- Universities—There is a focus on subjects like arts, humanities/liberal arts, natural science and they offer bachelor’s, masters, and PhDs. They also run professional studies such as law, medicine, dentistry, psychology, and pharmacy.
- University colleges—Like universities, they offer bachelor’s, masters, and PhDs. The difference is they offer smaller teaching classes, have more group lessons, more project work, and closer monitoring of pupils. They offer engineering degrees and professional vocations like teachers and nurses.
- Specialized universities—These are known as national competence centers for the field they concentrate in.
- Private institutions—The offer popular subjects that tend to fill up fast at public universities such as business management, marketing, or fine arts.
In Norway, there are nine universities, eight university colleges, and five scientific colleges owned by the state. There are also a number of private higher education institutions. Higher education is under the responsibility of the Ministry of Education and Research. Although they are few compared to the number of schools in other countries, they nonetheless offer high-quality education to its pupils.
Top Universities in Norway
- University of Oslo
- University of Bergen
- Norwegian University of Science and Technology (NTNU)
- UIT the Artic University of Norway
- Norwegian University of Life Sciences
These universities are also considered the best universities for international students in Norway.
The best subjects to study in Norway are:
- life sciences and biotechnology;
- agricultural science;
- natural sciences;
- energy and sustainability;
- social sciences;
- digital media, animation, and visual arts;
- marketing and management studies;
- IT and technology;
- tourism and hospitality;
- marine studies;
The most popular programs for international students in Norway are:
- master of business administration;
- bachelor of engineering;
- bachelor programs in the sciences.
How Much Does it Cost to Study in Norway for International Students?
The great news is that public university tuition fees in Norway are non-existent! There is no charge to study at the undergraduate level—not even for international students. This is because Norway believes that everyone should be able to get an education despite their social background.
Depending on where you are studying, there may be a small fee you will need to pay, but this is generally between 300 to 600 NOK (33–65 USD). This fee typically gives you access to student union memberships, health services, counseling, sports facilities, and your official student card. Occasionally you will find some public institutions charging a tuition fee for some programs, but this is rare and usually only found with postgraduate programs.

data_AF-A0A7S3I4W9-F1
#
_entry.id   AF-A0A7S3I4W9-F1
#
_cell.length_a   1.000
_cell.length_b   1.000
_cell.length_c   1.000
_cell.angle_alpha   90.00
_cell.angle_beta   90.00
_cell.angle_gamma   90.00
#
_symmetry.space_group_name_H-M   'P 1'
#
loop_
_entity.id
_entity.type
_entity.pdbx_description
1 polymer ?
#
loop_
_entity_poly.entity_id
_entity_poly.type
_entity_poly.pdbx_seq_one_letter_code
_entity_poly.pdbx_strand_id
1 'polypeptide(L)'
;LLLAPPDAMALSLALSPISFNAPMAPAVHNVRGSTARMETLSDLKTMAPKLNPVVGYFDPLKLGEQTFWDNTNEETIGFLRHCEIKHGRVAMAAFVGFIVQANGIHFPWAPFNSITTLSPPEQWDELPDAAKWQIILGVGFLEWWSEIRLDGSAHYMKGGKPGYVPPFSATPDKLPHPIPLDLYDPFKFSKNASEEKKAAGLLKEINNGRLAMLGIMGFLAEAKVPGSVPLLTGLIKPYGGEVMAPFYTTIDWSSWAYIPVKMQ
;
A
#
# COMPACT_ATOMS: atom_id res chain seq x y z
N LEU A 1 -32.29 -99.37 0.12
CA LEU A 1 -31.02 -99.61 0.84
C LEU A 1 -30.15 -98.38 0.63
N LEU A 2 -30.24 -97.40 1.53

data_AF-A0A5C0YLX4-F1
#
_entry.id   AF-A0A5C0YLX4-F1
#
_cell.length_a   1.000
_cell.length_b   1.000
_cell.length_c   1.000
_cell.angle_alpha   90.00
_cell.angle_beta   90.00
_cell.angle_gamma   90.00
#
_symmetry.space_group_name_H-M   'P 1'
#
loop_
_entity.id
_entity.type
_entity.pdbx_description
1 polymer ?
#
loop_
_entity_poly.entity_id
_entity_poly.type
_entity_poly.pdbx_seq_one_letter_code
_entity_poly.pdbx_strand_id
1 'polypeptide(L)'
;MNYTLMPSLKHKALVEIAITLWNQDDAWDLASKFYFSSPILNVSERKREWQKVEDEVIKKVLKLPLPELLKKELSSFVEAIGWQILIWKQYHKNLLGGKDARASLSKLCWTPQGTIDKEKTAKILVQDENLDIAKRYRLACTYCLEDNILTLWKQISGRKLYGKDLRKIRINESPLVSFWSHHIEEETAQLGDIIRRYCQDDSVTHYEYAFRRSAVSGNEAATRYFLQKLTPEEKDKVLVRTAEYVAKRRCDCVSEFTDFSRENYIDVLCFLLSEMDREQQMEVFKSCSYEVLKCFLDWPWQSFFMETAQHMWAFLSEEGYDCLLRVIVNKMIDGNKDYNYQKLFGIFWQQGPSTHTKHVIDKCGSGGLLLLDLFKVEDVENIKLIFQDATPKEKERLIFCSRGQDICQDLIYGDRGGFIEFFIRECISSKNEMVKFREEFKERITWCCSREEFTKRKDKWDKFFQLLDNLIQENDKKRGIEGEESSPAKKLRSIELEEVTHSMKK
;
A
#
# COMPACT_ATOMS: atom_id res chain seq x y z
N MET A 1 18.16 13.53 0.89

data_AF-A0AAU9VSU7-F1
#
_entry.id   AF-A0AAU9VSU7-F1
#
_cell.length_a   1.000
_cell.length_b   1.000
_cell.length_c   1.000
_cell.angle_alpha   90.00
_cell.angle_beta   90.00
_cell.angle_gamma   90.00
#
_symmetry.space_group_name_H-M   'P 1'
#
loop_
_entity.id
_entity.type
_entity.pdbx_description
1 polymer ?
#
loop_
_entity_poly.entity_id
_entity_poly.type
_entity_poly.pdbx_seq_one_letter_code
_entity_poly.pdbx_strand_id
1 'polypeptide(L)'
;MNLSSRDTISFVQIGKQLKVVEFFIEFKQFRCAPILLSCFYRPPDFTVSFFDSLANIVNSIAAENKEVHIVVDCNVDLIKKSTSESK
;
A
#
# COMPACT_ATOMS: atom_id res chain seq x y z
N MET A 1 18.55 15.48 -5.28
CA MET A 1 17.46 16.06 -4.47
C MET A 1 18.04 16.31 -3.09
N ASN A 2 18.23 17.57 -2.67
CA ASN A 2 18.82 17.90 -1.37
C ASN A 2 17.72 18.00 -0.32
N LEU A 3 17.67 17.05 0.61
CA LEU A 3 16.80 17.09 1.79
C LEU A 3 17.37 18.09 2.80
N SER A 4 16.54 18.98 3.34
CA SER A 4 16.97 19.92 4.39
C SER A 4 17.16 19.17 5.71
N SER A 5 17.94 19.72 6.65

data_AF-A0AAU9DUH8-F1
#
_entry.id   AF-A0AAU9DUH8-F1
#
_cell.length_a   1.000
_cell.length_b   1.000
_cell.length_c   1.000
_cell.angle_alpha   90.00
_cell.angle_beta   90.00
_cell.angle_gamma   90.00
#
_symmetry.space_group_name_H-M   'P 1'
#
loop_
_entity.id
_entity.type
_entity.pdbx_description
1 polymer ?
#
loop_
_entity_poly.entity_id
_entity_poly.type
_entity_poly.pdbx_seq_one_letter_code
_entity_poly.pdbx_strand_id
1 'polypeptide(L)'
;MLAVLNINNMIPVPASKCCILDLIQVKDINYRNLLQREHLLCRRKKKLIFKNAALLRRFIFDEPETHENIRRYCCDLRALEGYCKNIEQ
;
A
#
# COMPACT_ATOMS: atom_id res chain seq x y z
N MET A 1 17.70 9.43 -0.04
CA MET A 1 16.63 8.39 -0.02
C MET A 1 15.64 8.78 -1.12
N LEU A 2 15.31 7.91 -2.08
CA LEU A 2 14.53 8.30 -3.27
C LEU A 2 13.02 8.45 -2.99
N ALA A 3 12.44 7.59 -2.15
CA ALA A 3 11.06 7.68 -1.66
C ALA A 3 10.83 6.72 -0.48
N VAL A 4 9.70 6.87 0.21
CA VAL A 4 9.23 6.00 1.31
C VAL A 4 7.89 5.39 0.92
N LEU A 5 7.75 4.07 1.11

How to Apply
To apply for higher education in Norway, you can do so through Samordna opptak. Even if you do not have a Norwegian national identity number, you should still apply via this website. The last day for applications is April 15. For some institutions and programs, such as a master’s program, you may need to apply directly via the school’s website. You will get your admission decision on July 20 and you must go online to see your results. This is where you will accept and confirm your place at the school as well. Studies typically begin on August 10, but this date may vary between universities.
Alternative to Higher Education
Tertiary vocational education is an alternative to higher education for those students who do not wish to attend university. The Higher Education Entrance Qualification is not required for this. Programs last between half a year to two years.
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Language schools in Norway include the following institutions in the following main areas:
- Lingu—Olso and Stavanger
- Alfaskolen—Olso and Drammen
- Berlitz Language Services—Oslo
- Language Power International A / S—Oslo
- Language Champ—Olso
Language school fees for these institutions vary depending on the type and length of the program you choose. Some cost examples are outlined below.
|School||Course (A1 Beginner)||NOK||USD|
|Language Champ||For beginners||3,290 (36 hours)||360|
|Alfaskolen||Daytime intensive||18,320 (192 hours)||1,990|